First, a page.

President Dwight D. Eishenhower (center) with NASA's first administrator, Dr. T. Keith Glennan (right) , and deputy administrator Dr. Hugh L. Dryden (left).
Image 2: NASA Logo
NASA's original seal was designed in 1959.
Image 3: NASA Transfer
Dr. Wernher von Braun at the ceremony transferring space exploration command to NASA.
Image 4: NASA HQ
NASA's First Headquaters
August 17, 1958
America takes the world's first shot at the Moon with the launch of Able 1. Also known as Pioneer 0, the probe is the first in a long series of Pioneer missions that - true to their names - blaze the trail in solar system exploration.
Unfortunately, Able 1 does not share in that legacy of success. The 38-kilogram (84-pound) lunar orbiter was destroyed when its booster rocket exploded only 77 seconds after liftoff. The next three Pioneers - 1, 2 and 3 - made it into space, but failed to reach the Moon.
September 23, 1958
Russia launches its Moon exploration program, but the first probe - intended to impact the Moon - survives only 93 seconds before its booster rocket explodes.
The next two lunar launch attempts also explode shortly after launch. Following a Russian tradition of the time, the failed missions are not given names.
December 1958
NASA takes control of the U.S. Army's Deep Space Network and begins establishing permanent tracking stations around the globe to communicate with spacecraft that will soon be exploring the solar system.
The Deep Space Network remains the primary communications center for the world's unmanned spacecraft.
Image 1: Deep Space Network
The Pioneer Station's antenna, shown above during nighttime, was active from 1958 to 1981.
Image 2: Interview
A television crew at the Deep Space Network Goldstone station in California.
Image 3: Pioneer Station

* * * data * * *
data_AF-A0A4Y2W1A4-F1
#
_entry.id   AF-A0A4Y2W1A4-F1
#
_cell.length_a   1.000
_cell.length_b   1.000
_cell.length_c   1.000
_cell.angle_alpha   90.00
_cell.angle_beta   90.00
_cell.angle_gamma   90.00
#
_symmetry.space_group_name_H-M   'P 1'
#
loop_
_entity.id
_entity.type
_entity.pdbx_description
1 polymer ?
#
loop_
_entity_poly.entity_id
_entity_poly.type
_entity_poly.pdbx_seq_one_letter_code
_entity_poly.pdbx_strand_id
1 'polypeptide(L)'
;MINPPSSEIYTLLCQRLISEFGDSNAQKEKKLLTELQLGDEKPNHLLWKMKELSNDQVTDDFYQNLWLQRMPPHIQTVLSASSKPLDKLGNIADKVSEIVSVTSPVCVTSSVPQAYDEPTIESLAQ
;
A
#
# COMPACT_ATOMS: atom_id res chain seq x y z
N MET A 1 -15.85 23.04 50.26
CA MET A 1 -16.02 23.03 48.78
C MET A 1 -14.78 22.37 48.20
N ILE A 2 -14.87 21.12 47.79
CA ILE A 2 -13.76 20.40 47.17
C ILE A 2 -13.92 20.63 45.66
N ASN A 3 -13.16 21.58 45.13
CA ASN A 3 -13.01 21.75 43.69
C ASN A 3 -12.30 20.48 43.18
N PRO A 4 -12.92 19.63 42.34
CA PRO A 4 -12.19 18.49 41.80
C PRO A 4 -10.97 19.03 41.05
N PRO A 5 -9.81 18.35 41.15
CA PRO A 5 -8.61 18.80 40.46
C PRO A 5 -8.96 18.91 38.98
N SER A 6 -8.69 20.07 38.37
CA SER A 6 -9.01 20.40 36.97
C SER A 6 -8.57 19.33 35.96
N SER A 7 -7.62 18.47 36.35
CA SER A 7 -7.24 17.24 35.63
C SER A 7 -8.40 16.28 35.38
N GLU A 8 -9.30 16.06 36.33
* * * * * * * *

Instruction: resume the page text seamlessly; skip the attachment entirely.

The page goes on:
The Deep Space Network's Pioneer station under construction.
Image 4: Tour
A 1960s tour of the Deep Space Network Goldstone station in California.
January 3, 1959
Although it missed the Moon, Russia's Luna 1 becomes the first manmade object to escape the grip of Earth's gravity. It zooms past the Moon at a distance of 6,400 km (3, 977 miles) and eventually becomes the first spacecraft to go into orbit around our Sun (a heliocentric orbit).
Image 1: Luna 1
A model of the Luna 1 spacecraft.
March 4, 1959
NASA's Pioneer 4 is the first U.S. spacecraft to break out of Earth orbit. A booster rocket malfunction knocked the probe off course and it didn't get close enough to trigger its image scanner. The spacecraft did send back lots of information on radiation in space. Pioneer 4 eventually entered orbit around our Sun. It was last detected in 1969.
Image 1: Pioneer 4
Pioneer 4 lifts off.
September 14, 1959
The Russian Luna 2 probe becomes the first human-made object to reach a destination beyond Earth when it smashes into the Moon - scattering emblems of the Soviet Union across the dusty lunar surface.
October 7, 1959
After a three-day flight to the Moon, Russia's Luna 3 makes the first successful lunar flyby. In another first, the spacecraft sends back grainy black-and-white pictures of the far side of the Moon - a place never before seen by humans.
Image 1: Luna 3
An artist's impression of the Luna 3 spacecraft.
Image 2: First Look
The first view of the far side of the Moon.
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Last Updated: 30 Jun 2004